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Prelude and Fugue in B-flat Major
Johann Sebastian Bach/arr. Roland Moehlmann
The English term fugue, from the Latin fugere (“to flee”) and fugare (“to chase”), arose from the technique of "imitation", where the same musical material was repeated starting on a different note. Originally this was to aid improvisation, but by the 1550s, it was considered a technique of composition.
Since the 17th century, fugue has described the most fully developed procedure of imitative counterpoint. A fugue opens with one main theme, the subject, which then sounds successively in each voice in imitation; when each voice has entered, the exposition is complete; this is occasionally followed by a connecting passage, or episode, developed from previously heard material; further "entries" of the subject then are heard in related keys. Episodes (if applicable) and entries are usually alternated until the "final entry" of the subject, by which point the music has returned to the opening key, or tonic, which is often followed by closing material, the coda.
Johann Sebastian Bach (1685-1750) was born into a family boasting at least four generations of musicians; in early eighteenth-century Germany there were over thirty organists named Bach, and numerous town musicians. Bach’s father was a respected violinist and violist. When the boy was orphaned at the age of ten, his elder brother, likewise an accomplished musician, saw to his education. By the age of eighteen, Bach had obtained his first post as a church organist. His output of sacred and secular music throughout his life was prodigious and seemingly effortless. By the end of his life, Bach’s style of music was already becoming old-fashioned and his work rapidly fell into obscurity, until a new generation of Romantic composers headed by Mendelssohn and Schumann rediscovered the treasures he had left us.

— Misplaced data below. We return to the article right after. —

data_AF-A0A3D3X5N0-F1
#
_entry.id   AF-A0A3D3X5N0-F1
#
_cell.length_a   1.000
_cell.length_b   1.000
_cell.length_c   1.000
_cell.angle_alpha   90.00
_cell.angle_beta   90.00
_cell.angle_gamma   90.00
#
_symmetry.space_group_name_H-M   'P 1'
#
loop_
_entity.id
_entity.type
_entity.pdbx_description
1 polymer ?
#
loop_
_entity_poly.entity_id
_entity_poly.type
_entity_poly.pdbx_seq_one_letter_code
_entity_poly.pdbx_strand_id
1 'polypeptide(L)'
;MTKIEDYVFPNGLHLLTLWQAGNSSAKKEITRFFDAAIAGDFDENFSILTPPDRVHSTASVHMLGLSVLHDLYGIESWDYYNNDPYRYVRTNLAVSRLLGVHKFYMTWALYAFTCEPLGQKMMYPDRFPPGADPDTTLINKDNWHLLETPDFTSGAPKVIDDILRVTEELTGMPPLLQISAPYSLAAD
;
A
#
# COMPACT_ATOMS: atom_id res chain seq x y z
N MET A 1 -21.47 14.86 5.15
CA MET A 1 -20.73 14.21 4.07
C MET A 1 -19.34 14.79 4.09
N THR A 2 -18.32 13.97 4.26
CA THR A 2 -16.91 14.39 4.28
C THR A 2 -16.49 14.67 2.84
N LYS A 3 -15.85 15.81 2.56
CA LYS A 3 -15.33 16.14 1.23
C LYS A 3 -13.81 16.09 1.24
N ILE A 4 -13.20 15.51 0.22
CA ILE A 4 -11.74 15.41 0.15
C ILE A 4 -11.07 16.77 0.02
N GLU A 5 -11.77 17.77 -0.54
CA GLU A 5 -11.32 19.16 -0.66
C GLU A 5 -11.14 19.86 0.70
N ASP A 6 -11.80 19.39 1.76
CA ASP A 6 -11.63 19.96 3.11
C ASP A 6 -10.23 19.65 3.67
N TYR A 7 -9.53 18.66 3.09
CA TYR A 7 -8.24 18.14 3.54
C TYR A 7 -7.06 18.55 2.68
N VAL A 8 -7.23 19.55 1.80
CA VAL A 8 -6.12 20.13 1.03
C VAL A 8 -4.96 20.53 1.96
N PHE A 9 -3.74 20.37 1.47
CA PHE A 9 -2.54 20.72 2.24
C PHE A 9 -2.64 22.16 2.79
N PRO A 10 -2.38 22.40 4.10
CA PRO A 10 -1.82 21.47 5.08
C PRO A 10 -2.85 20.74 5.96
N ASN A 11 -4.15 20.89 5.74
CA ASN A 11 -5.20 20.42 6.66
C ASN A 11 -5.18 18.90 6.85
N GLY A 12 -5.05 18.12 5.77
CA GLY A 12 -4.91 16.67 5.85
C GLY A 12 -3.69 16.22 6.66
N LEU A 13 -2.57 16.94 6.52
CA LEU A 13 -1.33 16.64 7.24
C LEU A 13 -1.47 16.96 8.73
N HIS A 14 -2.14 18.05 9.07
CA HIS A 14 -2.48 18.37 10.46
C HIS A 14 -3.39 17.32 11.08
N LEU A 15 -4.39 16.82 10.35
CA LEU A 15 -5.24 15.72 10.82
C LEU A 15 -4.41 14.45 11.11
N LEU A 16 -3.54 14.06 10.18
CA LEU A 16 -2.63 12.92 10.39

Last updated on July 6, 2013 by Palatine Concert Band